Wednesday, March 23

Part II: Busting Out the Southbound Trail …

OK, I dropped the ball on this one. Should have finished last week but between training, work and traveling to New Bedford for a race, I just plain ran out of time…. Sorry about that.

Day 4

Start/end/time 7:50 – 2:35 6:45
Distance/ascent/pace 8.1 +647/-495 1.2 mph

Day 4 was the shortest mileage wise but took us the longest to complete. The trail was unbroken and had 8” to 10” of new snow from the storm the day before.  Air temp near 0 degrees. We got going fairly early anticipating a long day.

The first section was relatively flat but the drifts and hommocks were a pain.  Too steep for wax, and the trail too narrow to herring bone. At Wassataquoik Stream the sky showed signs of clearing.  We crossed at the normal summer crossing it looked solid. Jim was our probe and seemed to have no issues… I started to follow and about half way across, Jim says “Wait, I need to get a picture” and so I start to shuffle backwards for a pose. Suddenly, I realize my tracks are wet. I wasn’t worried about breaking thru, but icing my skis. As quick as I could I make for dry snow and higher ground – too late. Ice had already built up on my skis. Had to take them off and scrape the crust.

The middle section may be the toughest of the day. Not too much elevation gained but lots of water crossings with alders, and boulders, gullies, hommocks and steeps banks…. I stopped to wax - putting blue from tip to tail in an attempt to get some traction.  At no point can you get any gliding in, nor linked strides.  The only time I was sliding was backwards.  We begin to think about our shadow party and how sucky it will be for them and their sleds full of gear… The gullies and drifts were steep, the snow deep.  Even though Bart broke trail most of the way, I floundered a lot, falling repeatedly.  It was tiring to say the least.  Sometimes the only

reason I was able to make progress was due to brut force poling.

Eventually we get to the final section – traveling cross slope thru mostly open hardwoods, in and out of 20’ deep gullies every 200 to 300 yards. There were literally dozens of streams draining down from Turner Mt to our East. Each leaving another gully to clamber through.  I took my skis off 3 times to navigate the gullies - they were that tough - skins and BC skis would have helped a lot.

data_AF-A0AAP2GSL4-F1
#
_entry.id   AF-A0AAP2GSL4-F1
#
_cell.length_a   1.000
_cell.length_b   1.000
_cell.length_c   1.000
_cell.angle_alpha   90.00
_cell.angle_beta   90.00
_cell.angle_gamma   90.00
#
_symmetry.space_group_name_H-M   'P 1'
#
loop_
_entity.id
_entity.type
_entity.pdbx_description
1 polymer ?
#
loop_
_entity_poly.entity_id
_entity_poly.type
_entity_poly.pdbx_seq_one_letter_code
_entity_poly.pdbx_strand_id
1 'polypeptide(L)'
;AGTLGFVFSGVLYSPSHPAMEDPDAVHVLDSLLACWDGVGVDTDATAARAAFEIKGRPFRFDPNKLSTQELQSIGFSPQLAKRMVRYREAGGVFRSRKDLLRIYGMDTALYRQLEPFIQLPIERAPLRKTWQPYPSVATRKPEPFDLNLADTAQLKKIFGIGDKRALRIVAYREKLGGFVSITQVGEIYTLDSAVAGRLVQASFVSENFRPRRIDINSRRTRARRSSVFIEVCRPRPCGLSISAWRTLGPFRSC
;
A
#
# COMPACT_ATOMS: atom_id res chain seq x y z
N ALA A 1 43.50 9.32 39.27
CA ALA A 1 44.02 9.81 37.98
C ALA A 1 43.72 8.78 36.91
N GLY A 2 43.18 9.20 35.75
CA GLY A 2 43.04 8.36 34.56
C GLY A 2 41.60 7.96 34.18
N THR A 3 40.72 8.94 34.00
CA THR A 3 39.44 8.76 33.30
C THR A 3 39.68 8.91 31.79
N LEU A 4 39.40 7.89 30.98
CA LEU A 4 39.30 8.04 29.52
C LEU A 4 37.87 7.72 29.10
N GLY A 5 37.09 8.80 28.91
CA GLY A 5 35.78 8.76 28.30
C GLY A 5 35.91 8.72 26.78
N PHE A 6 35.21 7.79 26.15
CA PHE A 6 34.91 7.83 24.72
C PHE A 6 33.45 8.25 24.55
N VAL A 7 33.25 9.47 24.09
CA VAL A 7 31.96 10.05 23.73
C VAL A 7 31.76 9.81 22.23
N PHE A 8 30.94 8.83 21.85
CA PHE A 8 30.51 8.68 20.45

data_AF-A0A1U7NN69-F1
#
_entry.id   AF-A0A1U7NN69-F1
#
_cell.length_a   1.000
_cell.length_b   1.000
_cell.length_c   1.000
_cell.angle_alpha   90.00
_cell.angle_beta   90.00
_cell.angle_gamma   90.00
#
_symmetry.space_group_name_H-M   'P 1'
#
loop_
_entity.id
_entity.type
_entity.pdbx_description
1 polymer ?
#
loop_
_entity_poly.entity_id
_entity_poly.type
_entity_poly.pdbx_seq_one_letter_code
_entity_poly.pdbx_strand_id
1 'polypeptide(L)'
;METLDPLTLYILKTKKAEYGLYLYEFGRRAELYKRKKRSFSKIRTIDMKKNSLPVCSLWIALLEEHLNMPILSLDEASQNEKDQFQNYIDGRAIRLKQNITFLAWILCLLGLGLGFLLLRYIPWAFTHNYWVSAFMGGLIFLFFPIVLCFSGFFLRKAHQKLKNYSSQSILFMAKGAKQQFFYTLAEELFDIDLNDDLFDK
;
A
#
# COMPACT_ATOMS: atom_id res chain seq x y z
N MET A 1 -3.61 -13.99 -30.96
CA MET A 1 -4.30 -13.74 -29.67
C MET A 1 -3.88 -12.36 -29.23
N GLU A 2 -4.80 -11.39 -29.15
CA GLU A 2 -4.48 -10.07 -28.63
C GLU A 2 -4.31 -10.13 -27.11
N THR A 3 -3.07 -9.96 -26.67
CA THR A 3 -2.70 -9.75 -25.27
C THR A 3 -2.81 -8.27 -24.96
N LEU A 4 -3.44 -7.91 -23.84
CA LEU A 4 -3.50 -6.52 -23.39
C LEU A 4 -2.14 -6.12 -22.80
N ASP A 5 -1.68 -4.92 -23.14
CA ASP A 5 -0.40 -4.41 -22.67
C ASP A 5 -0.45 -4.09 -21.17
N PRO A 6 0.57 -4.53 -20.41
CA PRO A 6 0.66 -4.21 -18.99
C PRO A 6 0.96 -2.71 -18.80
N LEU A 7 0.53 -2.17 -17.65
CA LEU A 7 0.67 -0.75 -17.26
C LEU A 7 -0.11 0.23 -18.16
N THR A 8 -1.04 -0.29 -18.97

The high point of the day was at Whidden Pond – spectacular views of Hamlin, Baxter, and Pamola Peaks.  Sandy Stream Pond was awesome too.  From there on was no big deal, although there were a few sections where spruce and fir were laiden with snow that would dump its load in you face and neck as you try to pass by…brrrrr.

The cabin was empty on arrival and the ranger said no others would be coming in. Nice! Plenty of space for all our gear to dry. Outside a Pine Martin was scavenging something near the porch. Was fun to watch him….

Part III Heading for home….

Day 5

Start/end/time 7:15 – 11:05 3:50
Distance/ascent/pace 12.9 +455/-1337 3.4 mph

All were up early and eager to go. Conditions were excellent and looked like a good day. A sign in the cabin explained it was a 10 hour day to get to Abol Bridge from Roaring Brook. Took us less than 4 hours. Because of the groomed road, good snow, and my skinny skiis. Jim and Bart pulled the rear all day. Breaking trail or going uphill they would leave me in the dust, but on a trail like this, they didn’t have a chance against my long skinny skis.

Out standing trip. I would do it again. The big thing is – as always – conditions. The following weekend there was rain, several inches then snow, like 18”!! Had we gone that weekend it would have been unbelievably miserable. We were lucky.

1 comment:

Caratunk Girl said...

Hey nice recap! Love the elevation profiles you add. Sounds like an awesome trip!